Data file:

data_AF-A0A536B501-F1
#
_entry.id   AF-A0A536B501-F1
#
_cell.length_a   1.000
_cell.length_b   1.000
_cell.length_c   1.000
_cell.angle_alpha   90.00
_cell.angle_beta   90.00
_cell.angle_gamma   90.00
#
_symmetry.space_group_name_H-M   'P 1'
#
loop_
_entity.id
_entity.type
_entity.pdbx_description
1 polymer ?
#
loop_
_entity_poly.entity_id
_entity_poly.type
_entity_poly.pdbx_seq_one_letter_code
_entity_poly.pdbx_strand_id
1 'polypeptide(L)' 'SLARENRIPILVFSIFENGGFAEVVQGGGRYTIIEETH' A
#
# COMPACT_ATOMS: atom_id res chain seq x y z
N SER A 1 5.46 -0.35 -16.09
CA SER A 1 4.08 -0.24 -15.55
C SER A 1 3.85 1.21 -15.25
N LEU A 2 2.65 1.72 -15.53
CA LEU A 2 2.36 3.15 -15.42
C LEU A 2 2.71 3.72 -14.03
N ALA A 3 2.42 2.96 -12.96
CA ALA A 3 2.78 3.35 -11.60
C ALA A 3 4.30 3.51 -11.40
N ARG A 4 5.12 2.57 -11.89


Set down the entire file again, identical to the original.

data_AF-A0A536B501-F1
#
_entry.id   AF-A0A536B501-F1
#
_cell.length_a   1.000
_cell.length_b   1.000
_cell.length_c   1.000
_cell.angle_alpha   90.00
_cell.angle_beta   90.00
_cell.angle_gamma   90.00
#
_symmetry.space_group_name_H-M   'P 1'
#
loop_
_entity.id
_entity.type
_entity.pdbx_description
1 polymer ?
#
loop_
_entity_poly.entity_id
_entity_poly.type
_entity_poly.pdbx_seq_one_letter_code
_entity_poly.pdbx_strand_id
1 'polypeptide(L)' 'SLARENRIPILVFSIFENGGFAEVVQGGGRYTIIEETH' A
#
# COMPACT_ATOMS: atom_id res chain seq x y z
N SER A 1 5.46 -0.35 -16.09
CA SER A 1 4.08 -0.24 -15.55
C SER A 1 3.85 1.21 -15.25
N LEU A 2 2.65 1.72 -15.53
CA LEU A 2 2.36 3.15 -15.42
C LEU A 2 2.71 3.72 -14.03
N ALA A 3 2.42 2.96 -12.96
CA ALA A 3 2.78 3.35 -11.60
C ALA A 3 4.30 3.51 -11.40
N ARG A 4 5.12 2.57 -11.89